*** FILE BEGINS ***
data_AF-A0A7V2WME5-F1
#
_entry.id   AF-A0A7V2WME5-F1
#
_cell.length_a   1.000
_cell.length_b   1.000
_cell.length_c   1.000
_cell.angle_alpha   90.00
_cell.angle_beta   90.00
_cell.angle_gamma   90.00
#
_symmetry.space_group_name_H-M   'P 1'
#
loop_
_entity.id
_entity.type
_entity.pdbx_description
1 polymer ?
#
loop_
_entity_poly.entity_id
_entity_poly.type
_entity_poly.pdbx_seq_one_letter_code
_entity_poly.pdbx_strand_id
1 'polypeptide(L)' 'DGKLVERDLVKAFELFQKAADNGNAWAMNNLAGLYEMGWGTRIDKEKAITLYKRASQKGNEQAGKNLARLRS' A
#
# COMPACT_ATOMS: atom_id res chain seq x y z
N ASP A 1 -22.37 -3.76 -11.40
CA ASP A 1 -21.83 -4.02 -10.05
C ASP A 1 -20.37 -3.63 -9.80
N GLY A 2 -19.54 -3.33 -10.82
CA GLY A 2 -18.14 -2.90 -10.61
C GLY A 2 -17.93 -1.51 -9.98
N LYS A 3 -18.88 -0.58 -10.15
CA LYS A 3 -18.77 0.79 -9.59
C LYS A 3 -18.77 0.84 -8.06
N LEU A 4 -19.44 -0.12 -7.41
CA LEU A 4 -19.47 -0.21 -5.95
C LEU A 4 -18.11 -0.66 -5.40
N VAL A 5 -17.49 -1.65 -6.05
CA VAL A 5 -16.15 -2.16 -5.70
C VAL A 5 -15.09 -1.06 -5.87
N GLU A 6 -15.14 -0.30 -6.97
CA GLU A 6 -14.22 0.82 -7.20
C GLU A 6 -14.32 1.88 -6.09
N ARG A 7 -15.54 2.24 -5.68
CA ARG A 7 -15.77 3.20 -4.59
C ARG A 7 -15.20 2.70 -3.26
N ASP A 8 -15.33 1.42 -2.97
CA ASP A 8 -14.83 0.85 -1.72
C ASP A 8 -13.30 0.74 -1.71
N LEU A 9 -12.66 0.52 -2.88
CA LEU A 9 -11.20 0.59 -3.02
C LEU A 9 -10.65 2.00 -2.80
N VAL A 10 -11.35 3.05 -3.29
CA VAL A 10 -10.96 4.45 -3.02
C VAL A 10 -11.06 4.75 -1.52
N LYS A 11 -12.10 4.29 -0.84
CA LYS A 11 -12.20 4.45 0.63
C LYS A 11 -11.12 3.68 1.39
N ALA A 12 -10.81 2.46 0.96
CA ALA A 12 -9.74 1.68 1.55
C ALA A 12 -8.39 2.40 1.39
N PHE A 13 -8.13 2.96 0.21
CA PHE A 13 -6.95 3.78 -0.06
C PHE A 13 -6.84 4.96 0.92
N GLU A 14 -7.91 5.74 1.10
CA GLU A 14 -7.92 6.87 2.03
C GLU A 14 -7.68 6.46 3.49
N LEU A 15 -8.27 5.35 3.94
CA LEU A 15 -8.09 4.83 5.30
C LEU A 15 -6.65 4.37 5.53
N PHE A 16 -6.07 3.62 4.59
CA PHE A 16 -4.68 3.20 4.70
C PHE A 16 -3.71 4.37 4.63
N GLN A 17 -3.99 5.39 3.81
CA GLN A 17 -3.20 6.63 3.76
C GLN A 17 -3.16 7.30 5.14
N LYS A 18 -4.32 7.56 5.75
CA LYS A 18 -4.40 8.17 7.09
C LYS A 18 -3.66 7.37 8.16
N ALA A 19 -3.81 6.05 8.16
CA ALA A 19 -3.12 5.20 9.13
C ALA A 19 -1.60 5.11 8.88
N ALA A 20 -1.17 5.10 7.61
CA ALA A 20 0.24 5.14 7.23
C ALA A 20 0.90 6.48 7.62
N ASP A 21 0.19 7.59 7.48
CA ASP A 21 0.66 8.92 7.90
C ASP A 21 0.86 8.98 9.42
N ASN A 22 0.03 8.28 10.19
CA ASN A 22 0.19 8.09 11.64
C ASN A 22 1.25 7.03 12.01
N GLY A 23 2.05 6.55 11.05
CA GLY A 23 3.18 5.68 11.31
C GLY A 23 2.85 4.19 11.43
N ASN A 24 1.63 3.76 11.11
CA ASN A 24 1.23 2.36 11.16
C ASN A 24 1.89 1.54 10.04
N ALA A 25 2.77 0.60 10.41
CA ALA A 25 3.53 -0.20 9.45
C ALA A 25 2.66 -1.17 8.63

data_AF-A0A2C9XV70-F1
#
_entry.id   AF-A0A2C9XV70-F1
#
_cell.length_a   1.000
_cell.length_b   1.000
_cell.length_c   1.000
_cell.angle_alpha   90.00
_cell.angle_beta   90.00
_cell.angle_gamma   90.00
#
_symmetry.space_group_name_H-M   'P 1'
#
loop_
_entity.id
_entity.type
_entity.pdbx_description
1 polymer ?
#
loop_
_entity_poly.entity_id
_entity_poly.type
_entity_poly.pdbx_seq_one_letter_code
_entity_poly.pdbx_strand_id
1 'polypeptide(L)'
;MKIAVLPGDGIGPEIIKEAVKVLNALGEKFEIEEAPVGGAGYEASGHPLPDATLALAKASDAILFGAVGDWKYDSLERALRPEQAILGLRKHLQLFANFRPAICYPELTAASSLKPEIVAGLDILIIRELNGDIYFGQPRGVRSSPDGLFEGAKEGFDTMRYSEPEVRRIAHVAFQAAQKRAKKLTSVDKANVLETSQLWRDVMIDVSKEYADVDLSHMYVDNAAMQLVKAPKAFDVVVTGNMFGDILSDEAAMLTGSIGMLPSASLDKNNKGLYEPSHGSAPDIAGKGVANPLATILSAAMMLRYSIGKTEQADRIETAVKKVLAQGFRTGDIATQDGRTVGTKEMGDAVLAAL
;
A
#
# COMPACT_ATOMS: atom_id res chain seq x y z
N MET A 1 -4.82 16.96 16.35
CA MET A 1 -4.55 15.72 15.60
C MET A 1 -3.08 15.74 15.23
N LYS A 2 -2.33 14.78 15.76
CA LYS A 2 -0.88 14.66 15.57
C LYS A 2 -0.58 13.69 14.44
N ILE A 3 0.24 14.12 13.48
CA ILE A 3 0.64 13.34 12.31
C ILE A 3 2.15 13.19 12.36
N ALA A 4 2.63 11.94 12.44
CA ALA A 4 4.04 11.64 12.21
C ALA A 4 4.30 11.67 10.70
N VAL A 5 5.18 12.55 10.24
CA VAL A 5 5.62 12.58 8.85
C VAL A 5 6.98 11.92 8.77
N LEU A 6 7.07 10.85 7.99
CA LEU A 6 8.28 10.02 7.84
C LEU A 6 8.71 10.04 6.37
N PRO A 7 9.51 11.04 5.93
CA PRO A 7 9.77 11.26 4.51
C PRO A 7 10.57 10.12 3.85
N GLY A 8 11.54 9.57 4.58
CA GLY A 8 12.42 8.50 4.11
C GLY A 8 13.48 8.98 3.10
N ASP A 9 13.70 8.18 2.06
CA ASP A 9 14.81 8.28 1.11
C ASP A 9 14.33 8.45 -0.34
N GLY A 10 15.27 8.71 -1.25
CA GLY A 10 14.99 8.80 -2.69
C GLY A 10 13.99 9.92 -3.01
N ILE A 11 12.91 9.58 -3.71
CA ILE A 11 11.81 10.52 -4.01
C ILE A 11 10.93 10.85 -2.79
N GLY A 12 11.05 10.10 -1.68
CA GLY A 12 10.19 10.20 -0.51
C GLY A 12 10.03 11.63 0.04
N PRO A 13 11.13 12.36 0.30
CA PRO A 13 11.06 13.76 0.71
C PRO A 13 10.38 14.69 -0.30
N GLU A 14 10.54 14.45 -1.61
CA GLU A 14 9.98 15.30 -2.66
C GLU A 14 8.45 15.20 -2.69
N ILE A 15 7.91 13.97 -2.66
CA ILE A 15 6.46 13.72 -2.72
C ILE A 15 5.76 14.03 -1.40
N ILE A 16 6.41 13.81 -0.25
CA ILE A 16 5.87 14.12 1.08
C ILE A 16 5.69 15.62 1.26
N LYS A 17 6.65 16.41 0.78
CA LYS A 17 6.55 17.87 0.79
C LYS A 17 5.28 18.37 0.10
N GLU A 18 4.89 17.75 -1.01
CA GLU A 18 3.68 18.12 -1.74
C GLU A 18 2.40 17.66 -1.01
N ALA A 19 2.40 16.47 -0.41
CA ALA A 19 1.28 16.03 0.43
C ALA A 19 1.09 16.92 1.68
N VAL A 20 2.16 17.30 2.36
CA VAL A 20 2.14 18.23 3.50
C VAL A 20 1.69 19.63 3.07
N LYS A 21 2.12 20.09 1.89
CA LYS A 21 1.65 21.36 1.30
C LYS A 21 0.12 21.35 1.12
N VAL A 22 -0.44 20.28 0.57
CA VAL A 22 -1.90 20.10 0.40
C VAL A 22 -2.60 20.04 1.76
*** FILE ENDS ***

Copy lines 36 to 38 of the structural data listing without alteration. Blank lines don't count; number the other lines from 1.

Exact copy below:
C LYS A 3 -18.77 0.84 -8.06
N LEU A 4 -19.44 -0.12 -7.41
CA LEU A 4 -19.47 -0.21 -5.95